9. Randomized Controlled Pilot Trial of a Novel Dissonance-Based Group Treatment for Eating Disorders

    Science.gov (United States)

    Stice, Eric; Rohde, Paul; Butryn, Meghan; Menke, Katharine S.; Marti, C. Nathan

    2015-01-01

    Objective Conduct a pilot trial of a new dissonance-based group eating disorder treatment designed to be a cost-effective front-line transdiagnostic treatment that could be more widely disseminated than extant individual or family treatments that are more expensive and difficult to deliver. Method Young women with a DSM-5 eating disorder (N = 72) were randomized to an 8-week dissonance-based Body Acceptance Therapy group treatment or a usual care control condition, completing diagnostic interviews and questionnaires at pre, post, and 2-month follow-up. Results Intent-to-treat analyses revealed that intervention participants showed greater reductions in outcomes than usual care controls in a multivariate multilevel model (χ2[6] = 34.1, p dissonance regarding perpetuating the thin ideal (d = .65) and negative affect (d = .55). Midway through this pilot we refined engagement procedures, which was associated with increased effect sizes (e.g., the d for eating disorder symptoms increased from .51 to 2.30). Conclusions This new group treatment produced large reductions in eating disorder symptoms, which is encouraging because it requires about 1/20th the therapist time necessary for extant individual and family treatments, and has the potential to provide a cost-effective and efficacious approach to reaching the majority of individuals with eating disorders who do not presently received treatment. PMID:25577189

  10. Design of IP Camera Access Control Protocol by Utilizing Hierarchical Group Key

    Directory of Open Access Journals (Sweden)

    Jungho Kang

    2015-08-01

    Full Text Available Unlike CCTV, security video surveillance devices, which we have generally known about, IP cameras which are connected to a network either with or without wire, provide monitoring services through a built-in web-server. Due to the fact that IP cameras can use a network such as the Internet, multiple IP cameras can be installed at a long distance and each IP camera can utilize the function of a web server individually. Even though IP cameras have this kind of advantage, it has difficulties in access control management and weakness in user certification, too. Particularly, because the market of IP cameras did not begin to be realized a long while ago, systems which are systematized from the perspective of security have not been built up yet. Additionally, it contains severe weaknesses in terms of access authority to the IP camera web server, certification of users, and certification of IP cameras which are newly installed within a network, etc. This research grouped IP cameras hierarchically to manage them systematically, and provided access control and data confidentiality between groups by utilizing group keys. In addition, IP cameras and users are certified by using PKI-based certification, and weak points of security such as confidentiality and integrity, etc., are improved by encrypting passwords. Thus, this research presents specific protocols of the entire process and proved through experiments that this method can be actually applied.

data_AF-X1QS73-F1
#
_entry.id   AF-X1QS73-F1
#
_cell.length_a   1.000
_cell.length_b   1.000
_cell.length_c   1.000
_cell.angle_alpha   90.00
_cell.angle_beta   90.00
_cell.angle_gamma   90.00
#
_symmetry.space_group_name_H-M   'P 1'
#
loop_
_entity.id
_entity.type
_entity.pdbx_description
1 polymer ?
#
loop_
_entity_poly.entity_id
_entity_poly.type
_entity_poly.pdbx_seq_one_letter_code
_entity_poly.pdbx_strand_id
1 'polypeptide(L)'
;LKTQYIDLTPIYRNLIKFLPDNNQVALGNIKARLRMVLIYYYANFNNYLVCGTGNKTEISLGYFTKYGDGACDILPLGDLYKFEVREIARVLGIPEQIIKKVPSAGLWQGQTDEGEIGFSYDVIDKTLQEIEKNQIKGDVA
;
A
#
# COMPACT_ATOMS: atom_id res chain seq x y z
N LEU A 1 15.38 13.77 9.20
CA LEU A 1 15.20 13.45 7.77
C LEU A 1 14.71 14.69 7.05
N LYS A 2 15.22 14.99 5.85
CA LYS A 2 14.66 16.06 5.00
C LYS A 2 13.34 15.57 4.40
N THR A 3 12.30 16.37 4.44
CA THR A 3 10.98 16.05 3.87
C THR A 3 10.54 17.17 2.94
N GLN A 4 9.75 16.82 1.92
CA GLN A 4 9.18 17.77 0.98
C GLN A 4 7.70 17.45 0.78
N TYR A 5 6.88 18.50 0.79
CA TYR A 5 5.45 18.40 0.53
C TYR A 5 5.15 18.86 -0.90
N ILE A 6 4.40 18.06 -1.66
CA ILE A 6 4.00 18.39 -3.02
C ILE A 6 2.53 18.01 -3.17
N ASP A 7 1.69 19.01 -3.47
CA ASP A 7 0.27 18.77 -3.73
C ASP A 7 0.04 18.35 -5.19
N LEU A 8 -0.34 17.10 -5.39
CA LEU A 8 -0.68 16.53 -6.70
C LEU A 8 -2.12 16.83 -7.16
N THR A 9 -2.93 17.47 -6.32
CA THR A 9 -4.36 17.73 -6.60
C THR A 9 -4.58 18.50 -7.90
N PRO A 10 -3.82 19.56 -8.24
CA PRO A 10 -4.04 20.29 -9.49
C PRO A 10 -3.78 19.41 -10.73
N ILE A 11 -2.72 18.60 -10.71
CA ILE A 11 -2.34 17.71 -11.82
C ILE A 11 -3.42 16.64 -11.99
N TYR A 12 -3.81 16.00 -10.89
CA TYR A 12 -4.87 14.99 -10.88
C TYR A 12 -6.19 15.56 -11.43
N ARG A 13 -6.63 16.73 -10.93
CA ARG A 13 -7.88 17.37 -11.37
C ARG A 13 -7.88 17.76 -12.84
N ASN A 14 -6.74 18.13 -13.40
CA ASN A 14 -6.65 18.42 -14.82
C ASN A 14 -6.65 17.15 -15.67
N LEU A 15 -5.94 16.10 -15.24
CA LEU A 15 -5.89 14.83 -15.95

11. The Personality Profile of Tinnitus Sufferers and a Nontinnitus Control Group.

    Science.gov (United States)

    Durai, Mithila; O'Keeffe, Mary G; Searchfield, Grant D

    2017-04-01

    Chronic tinnitus (phantom perception of sound) significantly disrupts quality of life in 15-20% of those who experience it. Understanding how certain personality traits impact tinnitus perception and distress can be beneficial for the development of interventions to improve the lives of tinnitus sufferers. Four key self-reported personality traits (social closeness, stress reaction, alienation, and self-control) were identified from previous research as being associated with tinnitus. These were compared between tinnitus and age-, gender-, and hearing level-matched nontinnitus controls to see whether underlying profile differences exist, and if personality traits levels correlate with various tinnitus characteristics assessed in typical clinical questionnaires. A Web-based personality survey was administered comprising of self-control, stress reaction, alienation, and social closeness subscale questions of the Multidimensional Personality Questionnaire, the Hearing Handicap Inventory-Screening Version, TFI, and the Tinnitus Case History Questionnaire. A total of 154 participants with tinnitus (81 males, 73 females, mean age = 62.6 yr) and 61 control (32 males, 29 females, mean age = 59.62 yr) participants were recruited via e-mail invitations to a tinnitus research clinic database, poster, and social media Web site advertising. Statistical analysis was conducted using parametric statistics and IBM SPSS ® Version 22 software. Tinnitus sufferers displayed higher levels of stress reaction, lower social closeness, lower self-control, and higher alienation than the control group (p Case History Questionnaire (p study exhibited a consistent association with tinnitus perception and distress, and differentiated tinnitus sufferers from nontinnitus control. Some of the traits also correlated significantly with certain characteristics measured in tinnitus history questionnaires. Personality traits are described in relation to "maladaptive" residuals under the Adaptation